What is a Funeral Ceremony?
Purpose, types, and components
There are many different ways to look at a funeral service, depending upon your family’s individual beliefs, your culture, religion, and background. Different cultures from all around the world have their own mourning and honoring practices, all of which help to provide peace, community, and love during a challenging time.
While the funeral service you plan for a loved one will be unique to them and you, there are a few common elements that factor into many services that you may want to consider as you move forward.
What Is The Purpose Of A Funeral Ceremony?
Regardless of what the end of life service in your culture or religion may entail, there are a few common reasons why we gather together, whether at a funeral, memorial, or celebration.
To Honor A Loved One’s Life
When we lose a loved one, the opportunity to celebrate their life, the people they touched in their years on earth, their importance in their family, the things they created, and who they were as individuals is very important. A ceremony is a chance to celebrate their achievements and uniqueness and honor who they were.
To Help Process the Reality
Often, the word closure is used to describe the purpose of a funeral. Closure is a sort of amorphous idea, and there’s no checklist of when closure has been achieved or if you will find closure. Rather, funeral ceremonies can help provide a sense of reality and make it feel more accessible to take the next step in the grieving process.
Closure isn’t about finishing grieving. When we lose loved ones, we may continue to miss them and grieve their loss in many ways throughout our lives. Rather, closure is about accepting that the loss has occurred and embracing the emotions that come along with that truth.
In many cultures, it is traditional to share good memories and stories from the life of a person. These are often humorous or light-hearted, sweet, or telling of the best parts of their unique personality. Remembering who they were can help offer a sense of joy, provide some peace, and allow the day to feel like a celebration of their life.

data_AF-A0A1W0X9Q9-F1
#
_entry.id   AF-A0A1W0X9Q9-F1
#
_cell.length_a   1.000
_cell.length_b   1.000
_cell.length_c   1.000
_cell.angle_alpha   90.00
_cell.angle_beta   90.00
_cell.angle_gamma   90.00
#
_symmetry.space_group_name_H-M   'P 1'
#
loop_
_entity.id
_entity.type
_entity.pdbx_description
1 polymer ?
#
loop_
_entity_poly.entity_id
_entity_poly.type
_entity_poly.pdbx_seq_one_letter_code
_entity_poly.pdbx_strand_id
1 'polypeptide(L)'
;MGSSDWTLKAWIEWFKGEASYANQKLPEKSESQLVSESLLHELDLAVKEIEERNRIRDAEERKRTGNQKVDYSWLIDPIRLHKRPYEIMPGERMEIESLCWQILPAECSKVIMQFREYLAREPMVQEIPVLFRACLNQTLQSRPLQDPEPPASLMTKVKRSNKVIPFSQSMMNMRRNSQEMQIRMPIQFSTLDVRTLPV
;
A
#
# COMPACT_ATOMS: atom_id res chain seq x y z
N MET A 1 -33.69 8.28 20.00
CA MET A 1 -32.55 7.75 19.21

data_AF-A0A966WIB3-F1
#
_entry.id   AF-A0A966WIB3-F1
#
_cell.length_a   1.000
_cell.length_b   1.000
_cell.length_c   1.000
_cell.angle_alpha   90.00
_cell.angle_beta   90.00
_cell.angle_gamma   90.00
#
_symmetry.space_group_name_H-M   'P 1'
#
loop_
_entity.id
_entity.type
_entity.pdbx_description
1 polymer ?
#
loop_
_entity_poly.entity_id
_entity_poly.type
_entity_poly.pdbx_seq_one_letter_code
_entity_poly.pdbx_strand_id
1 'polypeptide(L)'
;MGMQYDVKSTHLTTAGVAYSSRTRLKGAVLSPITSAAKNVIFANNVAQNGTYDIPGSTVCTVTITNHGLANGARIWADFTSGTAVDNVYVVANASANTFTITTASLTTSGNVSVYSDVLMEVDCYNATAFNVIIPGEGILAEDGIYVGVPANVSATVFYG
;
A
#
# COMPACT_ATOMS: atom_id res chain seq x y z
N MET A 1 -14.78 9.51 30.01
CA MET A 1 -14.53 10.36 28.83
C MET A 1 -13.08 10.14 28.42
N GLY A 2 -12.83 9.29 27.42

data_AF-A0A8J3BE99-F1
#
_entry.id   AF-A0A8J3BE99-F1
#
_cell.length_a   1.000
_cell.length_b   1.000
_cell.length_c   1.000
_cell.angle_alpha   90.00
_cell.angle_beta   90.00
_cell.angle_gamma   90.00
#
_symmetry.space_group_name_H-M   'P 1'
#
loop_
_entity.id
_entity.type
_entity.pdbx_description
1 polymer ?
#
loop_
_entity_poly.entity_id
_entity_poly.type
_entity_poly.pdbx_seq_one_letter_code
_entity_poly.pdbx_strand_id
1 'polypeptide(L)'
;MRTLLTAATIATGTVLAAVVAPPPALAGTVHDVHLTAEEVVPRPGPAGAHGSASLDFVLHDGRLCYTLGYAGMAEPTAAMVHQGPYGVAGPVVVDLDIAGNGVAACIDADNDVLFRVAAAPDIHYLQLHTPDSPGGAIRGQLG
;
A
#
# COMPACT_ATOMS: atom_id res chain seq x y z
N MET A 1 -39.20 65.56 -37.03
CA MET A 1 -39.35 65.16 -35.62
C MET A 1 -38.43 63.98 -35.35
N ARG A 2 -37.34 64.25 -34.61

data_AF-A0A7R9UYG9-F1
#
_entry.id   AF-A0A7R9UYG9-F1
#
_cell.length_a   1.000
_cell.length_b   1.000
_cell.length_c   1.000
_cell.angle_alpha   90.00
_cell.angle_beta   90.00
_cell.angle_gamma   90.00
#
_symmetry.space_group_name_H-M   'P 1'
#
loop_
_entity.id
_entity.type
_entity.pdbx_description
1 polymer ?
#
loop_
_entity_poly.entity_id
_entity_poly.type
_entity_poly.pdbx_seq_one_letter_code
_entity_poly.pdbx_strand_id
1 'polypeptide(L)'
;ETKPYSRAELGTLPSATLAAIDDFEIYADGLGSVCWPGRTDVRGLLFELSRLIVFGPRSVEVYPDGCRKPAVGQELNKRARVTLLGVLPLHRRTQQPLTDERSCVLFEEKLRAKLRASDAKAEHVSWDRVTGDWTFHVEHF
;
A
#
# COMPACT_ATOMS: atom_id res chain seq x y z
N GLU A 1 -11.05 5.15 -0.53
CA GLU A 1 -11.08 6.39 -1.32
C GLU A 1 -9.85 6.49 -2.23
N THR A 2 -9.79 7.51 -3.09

A certain amount of the funeral ceremony is for those who are grieving and mourning, as well as the individual being honored. By congregating with others who share in your love and loss, you can help to feel supported and connected to a greater community. Grief and loss can be very isolating, but a memorial service (virtual or in person) is an opportunity to show support for others and enjoy the support they can share with you.
Types Of Funeral Ceremonies
Truly, there are endless types of funeral and end of life ceremonies, and you can also develop your own in honor of a loved one. Embracing traditions and cultures can be a great way to connect with a community and find hope and support, but you can also develop a ceremony that represents the person being honored in their own individual way.
Here are some of the classic types of funeral ceremonies that can be combined or explored to find the right method for honoring the person you love.
Formal Funeral Service
A formal funeral service is often religious in nature and follows a careful schedule of burial, visitation, and classic eulogies and hymns. This is a rather broad category when it comes down to it, as it’s largely influenced by cultural and religious traditions. For example, at a Muslim funeral service, specific funeral prayers known as Salat al-Janazah are performed in a solomn ceremony, while professional mourners may make an appearance at a Chinese funeral service.
You can also have a non-religious funeral service at a funeral home, rather than a house of worship. These often make use of poetry, classical music, and a community leader or family member in place of the religious elements.
A memorial service is similar to a funeral service, differing only in that the body of the deceased is not present. They may have already been laid to rest in their method of choice or have been cremated. If the cremated remains are at the service, it is still considered a memorial. The intention is to remember and honor them, but many cultures will do so without the body present.
Wake Or Viewing
A wake is most often held before the funeral and may be hosted at a family members’ home or at a funeral home. You may decide to hold a wake in lieu of a more formal funeral service. They can be ongoing for several hours, but it’s not expected that guests remain the entire time.